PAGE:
What are the Risk Factors for BPH?
There are several factors that increase the risk of developing Benign Prostatic Hyperplasia (BPH), which is an enlargement of the prostate. The prostate is, in its normal size, a walnut-shaped gland that does not typically cause issues for men until they are older. As men age, the prostate grows and may cause potential urinary symptoms that lead to the development of BPH. Although you can’t avoid certain risk factors that contribute to BPH, such as aging and family history, you may be able to lower your risk for the condition. Read more below to learn about BPH and the common risk factors.
All men experience enlarged prostates as they age, and the risks increase with each decade. By the age of 50, approximately 50% of men will experience symptoms. By the age of 90, the percentage will have increased to 90%.
There have been findings of a possible genetic link to BPH. If any family members (blood relatives) have had a history of prostate problems or abnormalities in their testicles, this may increase your risk of developing BPH.
A study that was published in the Journal of Urology found that men who are overweight, especially those with large amounts of abdominal fat, have a marked increase of developing BPH. Being overweight increases intra-abdominal pressure, which causes increased pressure on the bladder and intravesical pressure. This has the potential to cause BPH symptoms to worsen.
Lack of Physical Exercise
It is surprising, but lack of physical exercise can increase the risk of developing BPH. Scientific evidence is emerging, suggesting that a few hours of exercise per week may keep prostate enlargement under control.
Like many other conditions, daily consumption of a diet high in red or processed meat, saturated fats, and dairy products can increase your risk for prostate problems. Alcoholic and caffeinated beverages like coffee, tea, and soda can also increase your risk, due to being diuretics that increase urine production.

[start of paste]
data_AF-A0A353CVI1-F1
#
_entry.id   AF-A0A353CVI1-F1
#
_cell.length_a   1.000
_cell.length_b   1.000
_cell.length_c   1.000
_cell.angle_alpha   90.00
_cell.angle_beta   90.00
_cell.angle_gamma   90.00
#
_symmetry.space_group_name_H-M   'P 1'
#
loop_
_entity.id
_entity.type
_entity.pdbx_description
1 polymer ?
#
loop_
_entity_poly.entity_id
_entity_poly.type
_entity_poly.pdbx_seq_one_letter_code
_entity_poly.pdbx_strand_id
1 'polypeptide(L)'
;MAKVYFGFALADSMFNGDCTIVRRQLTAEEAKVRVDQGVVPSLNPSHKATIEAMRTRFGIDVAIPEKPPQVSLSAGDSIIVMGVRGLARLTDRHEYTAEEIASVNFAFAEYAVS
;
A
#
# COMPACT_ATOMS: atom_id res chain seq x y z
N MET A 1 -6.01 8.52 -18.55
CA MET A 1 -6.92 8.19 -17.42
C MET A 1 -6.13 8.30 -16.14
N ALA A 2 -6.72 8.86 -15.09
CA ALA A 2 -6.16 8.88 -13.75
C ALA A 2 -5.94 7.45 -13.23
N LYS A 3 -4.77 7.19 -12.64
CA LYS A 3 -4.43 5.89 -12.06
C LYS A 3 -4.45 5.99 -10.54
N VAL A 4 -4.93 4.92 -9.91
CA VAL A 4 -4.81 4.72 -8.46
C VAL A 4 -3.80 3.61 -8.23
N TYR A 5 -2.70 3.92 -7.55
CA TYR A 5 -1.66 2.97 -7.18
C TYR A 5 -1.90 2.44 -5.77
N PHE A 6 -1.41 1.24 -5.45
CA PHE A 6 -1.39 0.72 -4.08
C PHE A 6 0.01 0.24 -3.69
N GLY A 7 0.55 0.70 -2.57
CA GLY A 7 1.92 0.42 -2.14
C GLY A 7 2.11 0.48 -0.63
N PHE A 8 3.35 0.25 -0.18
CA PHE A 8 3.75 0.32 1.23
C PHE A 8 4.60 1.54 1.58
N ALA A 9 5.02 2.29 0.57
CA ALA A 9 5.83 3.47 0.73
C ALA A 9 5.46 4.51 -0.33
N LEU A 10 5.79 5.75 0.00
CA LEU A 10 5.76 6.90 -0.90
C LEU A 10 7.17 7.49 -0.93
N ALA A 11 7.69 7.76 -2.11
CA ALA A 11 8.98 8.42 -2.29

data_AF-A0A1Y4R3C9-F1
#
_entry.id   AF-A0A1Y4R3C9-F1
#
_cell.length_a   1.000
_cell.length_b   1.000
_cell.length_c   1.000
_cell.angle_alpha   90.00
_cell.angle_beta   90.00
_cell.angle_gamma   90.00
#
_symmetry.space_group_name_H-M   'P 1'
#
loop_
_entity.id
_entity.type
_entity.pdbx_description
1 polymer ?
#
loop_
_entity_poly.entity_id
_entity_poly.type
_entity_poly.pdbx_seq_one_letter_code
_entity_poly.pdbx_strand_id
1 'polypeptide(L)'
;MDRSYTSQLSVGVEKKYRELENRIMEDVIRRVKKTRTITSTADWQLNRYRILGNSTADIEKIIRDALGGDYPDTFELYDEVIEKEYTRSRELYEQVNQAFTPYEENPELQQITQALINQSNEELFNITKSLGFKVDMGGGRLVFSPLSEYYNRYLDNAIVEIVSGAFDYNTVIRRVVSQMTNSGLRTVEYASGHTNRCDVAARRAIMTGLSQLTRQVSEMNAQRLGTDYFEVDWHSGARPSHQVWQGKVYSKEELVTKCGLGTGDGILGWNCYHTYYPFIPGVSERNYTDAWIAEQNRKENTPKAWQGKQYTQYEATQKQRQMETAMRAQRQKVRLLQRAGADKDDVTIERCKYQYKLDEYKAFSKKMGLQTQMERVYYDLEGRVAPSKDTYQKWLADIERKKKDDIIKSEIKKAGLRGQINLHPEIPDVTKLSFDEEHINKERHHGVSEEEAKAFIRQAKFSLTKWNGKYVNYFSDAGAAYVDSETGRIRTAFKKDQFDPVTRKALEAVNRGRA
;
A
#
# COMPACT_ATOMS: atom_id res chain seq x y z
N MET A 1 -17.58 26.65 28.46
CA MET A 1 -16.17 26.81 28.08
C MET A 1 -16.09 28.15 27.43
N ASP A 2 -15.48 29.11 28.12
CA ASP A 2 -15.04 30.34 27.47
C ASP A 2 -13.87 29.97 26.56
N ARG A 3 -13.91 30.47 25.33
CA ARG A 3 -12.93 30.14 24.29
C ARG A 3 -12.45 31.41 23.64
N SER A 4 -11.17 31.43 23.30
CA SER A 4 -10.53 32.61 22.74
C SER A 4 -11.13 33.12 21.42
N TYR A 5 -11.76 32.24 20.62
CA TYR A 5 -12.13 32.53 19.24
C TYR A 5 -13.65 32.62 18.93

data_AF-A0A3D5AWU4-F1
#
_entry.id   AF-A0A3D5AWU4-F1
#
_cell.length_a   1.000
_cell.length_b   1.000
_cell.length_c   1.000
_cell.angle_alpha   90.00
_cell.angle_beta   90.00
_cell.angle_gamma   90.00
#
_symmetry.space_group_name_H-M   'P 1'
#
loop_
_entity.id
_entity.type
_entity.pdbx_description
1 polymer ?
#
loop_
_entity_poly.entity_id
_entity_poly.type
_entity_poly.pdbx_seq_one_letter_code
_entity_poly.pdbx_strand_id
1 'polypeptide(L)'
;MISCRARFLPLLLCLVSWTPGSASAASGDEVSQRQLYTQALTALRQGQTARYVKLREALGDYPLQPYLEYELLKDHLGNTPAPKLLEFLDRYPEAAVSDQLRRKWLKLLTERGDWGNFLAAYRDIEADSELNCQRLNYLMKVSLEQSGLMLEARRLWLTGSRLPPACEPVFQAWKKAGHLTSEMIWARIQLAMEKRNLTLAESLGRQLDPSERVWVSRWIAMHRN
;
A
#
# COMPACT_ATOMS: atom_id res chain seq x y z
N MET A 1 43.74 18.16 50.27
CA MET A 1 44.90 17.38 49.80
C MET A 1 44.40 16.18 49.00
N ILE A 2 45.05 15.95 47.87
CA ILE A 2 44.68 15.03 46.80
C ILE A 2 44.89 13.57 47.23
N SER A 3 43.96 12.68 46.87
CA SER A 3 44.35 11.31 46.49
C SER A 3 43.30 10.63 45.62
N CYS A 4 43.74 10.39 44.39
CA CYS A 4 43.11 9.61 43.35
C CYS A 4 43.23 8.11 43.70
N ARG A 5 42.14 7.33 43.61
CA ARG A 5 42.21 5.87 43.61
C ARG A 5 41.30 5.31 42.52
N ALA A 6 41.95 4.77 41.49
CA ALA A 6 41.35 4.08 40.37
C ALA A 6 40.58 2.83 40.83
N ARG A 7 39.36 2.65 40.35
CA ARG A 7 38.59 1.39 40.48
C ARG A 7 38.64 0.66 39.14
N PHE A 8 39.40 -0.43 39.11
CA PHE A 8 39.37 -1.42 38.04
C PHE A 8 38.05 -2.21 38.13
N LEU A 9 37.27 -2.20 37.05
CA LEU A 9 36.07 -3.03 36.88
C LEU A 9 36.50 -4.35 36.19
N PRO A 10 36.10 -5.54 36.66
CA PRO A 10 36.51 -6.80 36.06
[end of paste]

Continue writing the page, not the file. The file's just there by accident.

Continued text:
Medical conditions, including type 2 diabetes, heart conditions, and circulatory conditions can significantly increase your chances of BPH and problematic symptoms. By maintaining a healthy lifestyle, you can reduce your risk of developing symptoms of BPH and lower your risk for other conditions that may contribute to your risk of developing prostate problems.
Who is at Highest Risk for BPH
Benign Prostatic Hyperplasia is considered a normal part of aging. It commonly occurs in men over the age of 50, and the chances of developing BPH increase steadily for every decade that follows. By the age of 70, approximately 70% of men will have BPH, with moderate to severe symptoms. By the age of 80, this increases to 80%. Ethnicity can also play a factor, as African American and Caucasian men are more at risk of developing BPH than Asian men. Men at higher risk include:
- Men, age 50 or older
- Men who have a family history of prostate problems
- Overweight men, especially men with belly fat
- Men who have an unhealthy lifestyle
- Men who smoke
How to Prevent BPH
Although there is no way to prevent Benign Prostatic Hyperplasia, there are certain lifestyle choices you can make to reduce your risk of developing BPH. Lifestyle changes, such as maintaining a healthy diet and weight, are the first step to treating and relieving BPH symptoms if you think you are at risk. You can also do the following to help reduce the effects of an enlarged prostate.
- Eat a healthy diet
- Get regular exercise
- Maintain a healthy weight
- Stop smoking
- Lower the amount of fluids you drink
- Do exercises to strengthen your pelvic floor muscles
Our Prostate Specialists
Our board-certified, affiliated prostate specialists in NY, are highly trained in the treatment of BPH. Their goal is to address uncomfortable urinary symptoms through Prostate Artery Embolization (PAE), a minimally invasive-image guided procedure.